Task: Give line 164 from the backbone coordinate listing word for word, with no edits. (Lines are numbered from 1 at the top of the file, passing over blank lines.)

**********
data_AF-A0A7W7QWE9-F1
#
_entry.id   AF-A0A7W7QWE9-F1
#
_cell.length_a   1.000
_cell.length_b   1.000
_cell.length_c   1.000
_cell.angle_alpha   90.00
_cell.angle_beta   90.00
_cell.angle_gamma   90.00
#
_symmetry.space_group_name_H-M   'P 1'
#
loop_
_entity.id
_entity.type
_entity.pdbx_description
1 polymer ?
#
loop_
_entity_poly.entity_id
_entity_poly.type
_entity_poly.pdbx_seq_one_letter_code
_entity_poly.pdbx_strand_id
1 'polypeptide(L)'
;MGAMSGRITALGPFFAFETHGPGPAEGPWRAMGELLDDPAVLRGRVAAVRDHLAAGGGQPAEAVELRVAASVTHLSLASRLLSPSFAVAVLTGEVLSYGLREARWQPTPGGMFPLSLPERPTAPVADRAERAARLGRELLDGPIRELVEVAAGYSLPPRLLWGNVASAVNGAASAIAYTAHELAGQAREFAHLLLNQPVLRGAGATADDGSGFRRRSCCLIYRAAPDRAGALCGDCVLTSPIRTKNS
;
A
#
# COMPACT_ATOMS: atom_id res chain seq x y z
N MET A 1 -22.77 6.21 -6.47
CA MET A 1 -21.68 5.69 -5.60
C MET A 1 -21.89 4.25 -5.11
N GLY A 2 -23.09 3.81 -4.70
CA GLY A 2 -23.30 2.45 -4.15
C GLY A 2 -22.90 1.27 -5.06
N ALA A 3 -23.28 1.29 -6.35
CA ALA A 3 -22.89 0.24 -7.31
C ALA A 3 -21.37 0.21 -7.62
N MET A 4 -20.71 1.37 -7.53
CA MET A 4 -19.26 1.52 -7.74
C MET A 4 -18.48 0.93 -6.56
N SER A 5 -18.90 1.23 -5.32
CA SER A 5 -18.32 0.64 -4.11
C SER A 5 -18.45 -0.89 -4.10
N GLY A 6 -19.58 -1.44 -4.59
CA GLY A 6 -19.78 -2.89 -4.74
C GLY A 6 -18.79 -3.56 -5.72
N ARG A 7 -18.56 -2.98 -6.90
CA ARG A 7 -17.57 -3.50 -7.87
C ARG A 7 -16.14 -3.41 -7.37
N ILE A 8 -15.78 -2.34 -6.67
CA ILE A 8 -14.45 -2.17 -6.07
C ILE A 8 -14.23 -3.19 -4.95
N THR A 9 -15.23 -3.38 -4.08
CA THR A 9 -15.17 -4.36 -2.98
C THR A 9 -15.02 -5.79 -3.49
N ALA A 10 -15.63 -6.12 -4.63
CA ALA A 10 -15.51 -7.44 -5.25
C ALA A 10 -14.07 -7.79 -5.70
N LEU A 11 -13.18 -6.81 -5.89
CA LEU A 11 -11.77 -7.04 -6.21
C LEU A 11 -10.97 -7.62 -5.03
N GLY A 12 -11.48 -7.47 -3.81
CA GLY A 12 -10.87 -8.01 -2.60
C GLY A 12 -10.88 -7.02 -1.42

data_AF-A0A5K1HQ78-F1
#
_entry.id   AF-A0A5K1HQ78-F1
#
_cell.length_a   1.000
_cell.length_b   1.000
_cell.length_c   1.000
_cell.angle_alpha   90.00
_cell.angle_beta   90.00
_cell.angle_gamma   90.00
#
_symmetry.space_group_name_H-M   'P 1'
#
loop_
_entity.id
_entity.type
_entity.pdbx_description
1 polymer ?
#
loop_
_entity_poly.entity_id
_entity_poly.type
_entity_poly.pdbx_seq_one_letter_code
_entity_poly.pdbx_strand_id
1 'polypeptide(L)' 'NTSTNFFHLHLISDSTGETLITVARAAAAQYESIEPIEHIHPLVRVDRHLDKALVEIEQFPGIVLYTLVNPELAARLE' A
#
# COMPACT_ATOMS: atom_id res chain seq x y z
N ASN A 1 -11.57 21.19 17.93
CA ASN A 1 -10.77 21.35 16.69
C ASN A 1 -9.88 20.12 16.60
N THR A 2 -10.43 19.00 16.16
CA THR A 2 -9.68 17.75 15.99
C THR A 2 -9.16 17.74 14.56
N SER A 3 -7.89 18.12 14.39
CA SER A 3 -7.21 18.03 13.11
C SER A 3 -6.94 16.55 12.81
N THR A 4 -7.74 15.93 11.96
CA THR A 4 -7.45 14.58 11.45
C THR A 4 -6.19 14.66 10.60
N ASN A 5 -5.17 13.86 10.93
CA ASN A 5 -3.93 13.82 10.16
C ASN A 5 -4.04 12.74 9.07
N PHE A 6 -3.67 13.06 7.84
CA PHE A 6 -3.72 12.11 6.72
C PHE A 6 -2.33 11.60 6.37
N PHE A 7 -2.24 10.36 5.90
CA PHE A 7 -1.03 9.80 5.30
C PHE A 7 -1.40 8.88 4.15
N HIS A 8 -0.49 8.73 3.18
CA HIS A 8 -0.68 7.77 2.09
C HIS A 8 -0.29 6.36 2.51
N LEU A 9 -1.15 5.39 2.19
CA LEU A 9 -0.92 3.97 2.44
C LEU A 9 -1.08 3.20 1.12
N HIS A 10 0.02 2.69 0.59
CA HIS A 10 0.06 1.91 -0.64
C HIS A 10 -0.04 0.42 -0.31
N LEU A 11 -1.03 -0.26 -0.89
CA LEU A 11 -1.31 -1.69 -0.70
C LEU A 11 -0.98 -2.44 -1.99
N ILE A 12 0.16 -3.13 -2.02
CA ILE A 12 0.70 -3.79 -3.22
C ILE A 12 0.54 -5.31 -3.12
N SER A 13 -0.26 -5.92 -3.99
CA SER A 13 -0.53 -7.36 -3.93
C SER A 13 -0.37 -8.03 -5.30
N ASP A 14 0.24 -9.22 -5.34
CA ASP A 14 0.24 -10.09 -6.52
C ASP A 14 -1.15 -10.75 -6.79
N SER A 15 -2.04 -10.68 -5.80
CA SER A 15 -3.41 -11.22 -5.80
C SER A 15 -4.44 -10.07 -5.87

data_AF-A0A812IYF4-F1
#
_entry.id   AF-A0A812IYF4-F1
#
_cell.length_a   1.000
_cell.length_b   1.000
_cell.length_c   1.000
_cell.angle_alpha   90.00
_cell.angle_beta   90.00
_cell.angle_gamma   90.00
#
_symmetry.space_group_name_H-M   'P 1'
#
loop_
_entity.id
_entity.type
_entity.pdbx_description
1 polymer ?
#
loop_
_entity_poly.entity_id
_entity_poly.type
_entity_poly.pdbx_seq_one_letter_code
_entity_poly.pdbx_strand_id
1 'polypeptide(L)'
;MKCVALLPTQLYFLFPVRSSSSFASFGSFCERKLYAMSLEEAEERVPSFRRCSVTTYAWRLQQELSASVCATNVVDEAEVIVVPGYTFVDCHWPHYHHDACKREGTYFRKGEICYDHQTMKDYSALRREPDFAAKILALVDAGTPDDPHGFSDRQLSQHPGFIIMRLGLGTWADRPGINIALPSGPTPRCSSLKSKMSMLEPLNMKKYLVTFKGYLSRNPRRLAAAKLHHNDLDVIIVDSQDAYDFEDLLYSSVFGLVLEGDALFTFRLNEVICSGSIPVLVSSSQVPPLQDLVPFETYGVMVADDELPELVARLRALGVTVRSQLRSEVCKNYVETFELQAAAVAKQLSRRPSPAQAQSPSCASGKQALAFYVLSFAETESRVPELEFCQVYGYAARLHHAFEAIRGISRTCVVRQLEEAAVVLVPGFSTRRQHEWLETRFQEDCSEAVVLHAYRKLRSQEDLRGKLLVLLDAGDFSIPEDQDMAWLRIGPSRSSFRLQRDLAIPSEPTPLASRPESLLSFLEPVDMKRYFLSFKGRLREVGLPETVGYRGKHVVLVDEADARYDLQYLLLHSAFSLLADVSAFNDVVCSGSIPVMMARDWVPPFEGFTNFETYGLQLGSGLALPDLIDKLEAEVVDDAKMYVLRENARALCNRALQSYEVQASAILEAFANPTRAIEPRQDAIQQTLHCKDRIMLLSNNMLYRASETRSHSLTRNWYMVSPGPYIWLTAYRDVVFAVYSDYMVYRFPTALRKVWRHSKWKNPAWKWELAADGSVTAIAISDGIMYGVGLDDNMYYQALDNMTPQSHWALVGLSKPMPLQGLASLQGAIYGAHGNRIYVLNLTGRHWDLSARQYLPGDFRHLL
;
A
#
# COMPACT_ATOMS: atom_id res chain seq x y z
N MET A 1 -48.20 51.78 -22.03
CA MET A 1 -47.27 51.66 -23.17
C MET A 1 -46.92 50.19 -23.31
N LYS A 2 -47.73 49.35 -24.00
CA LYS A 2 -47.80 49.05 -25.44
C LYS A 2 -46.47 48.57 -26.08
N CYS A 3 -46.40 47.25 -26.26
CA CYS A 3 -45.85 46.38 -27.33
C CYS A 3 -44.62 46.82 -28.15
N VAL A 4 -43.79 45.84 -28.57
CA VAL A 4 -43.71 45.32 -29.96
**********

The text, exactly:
;MKCVALLPTQLYFLFPVRSSSSFASFGSFCERKLYAMSLEEAEERVPSFRRCSVTTYAWRLQQELSASVCATNVVDEAEVIVVPGYTFVDCHWPHYHHDACKREGTYFRKGEICYDHQTMKDYSALRREPDFAAKILALVDAGTPDDPHGFSDRQLSQHPGFIIMRLGLGTWADRPGINIALPSGPTPRCSSLKSKMSMLEPLNMKKYLVTFKGYLSRNPRRLAAAKLHHNDLDVIIVDSQDAYDFEDLLYSSVFGLVLEGDALFTFRLNEVICSGSIPVLVSSSQVPPLQDLVPFETYGVMVADDELPELVARLRALGVTVRSQLRSEVCKNYVETFELQAAAVAKQLSRRPSPAQAQSPSCASGKQALAFYVLSFAETESRVPELEFCQVYGYAARLHHAFEAIRGISRTCVVRQLEEAAVVLVPGFSTRRQHEWLETRFQEDCSEAVVLHAYRKLRSQEDLRGKLLVLLDAGDFSIPEDQDMAWLRIGPSRSSFRLQRDLAIPSEPTPLASRPESLLSFLEPVDMKRYFLSFKGRLREVGLPETVGYRGKHVVLVDEADARYDLQYLLLHSAFSLLADVSAFNDVVCSGSIPVMMARDWVPPFEGFTNFETYGLQLGSGLALPDLIDKLEAEVVDDAKMYVLRENARALCNRALQSYEVQASAILEAFANPTRAIEPRQDAIQQTLHCKDRIMLLSNNMLYRASETRSHSLTRNWYMVSPGPYIWLTAYRDVVFAVYSDYMVYRFPTALRKVWRHSKWKNPAWKWELAADGSVTAIAISDGIMYGVGLDDNMYYQALDNMTPQSHWALVGLSKPMPLQGLASLQGAIYGAHGNRIYVLNLTGRHWDLSARQYLPGDFRHLL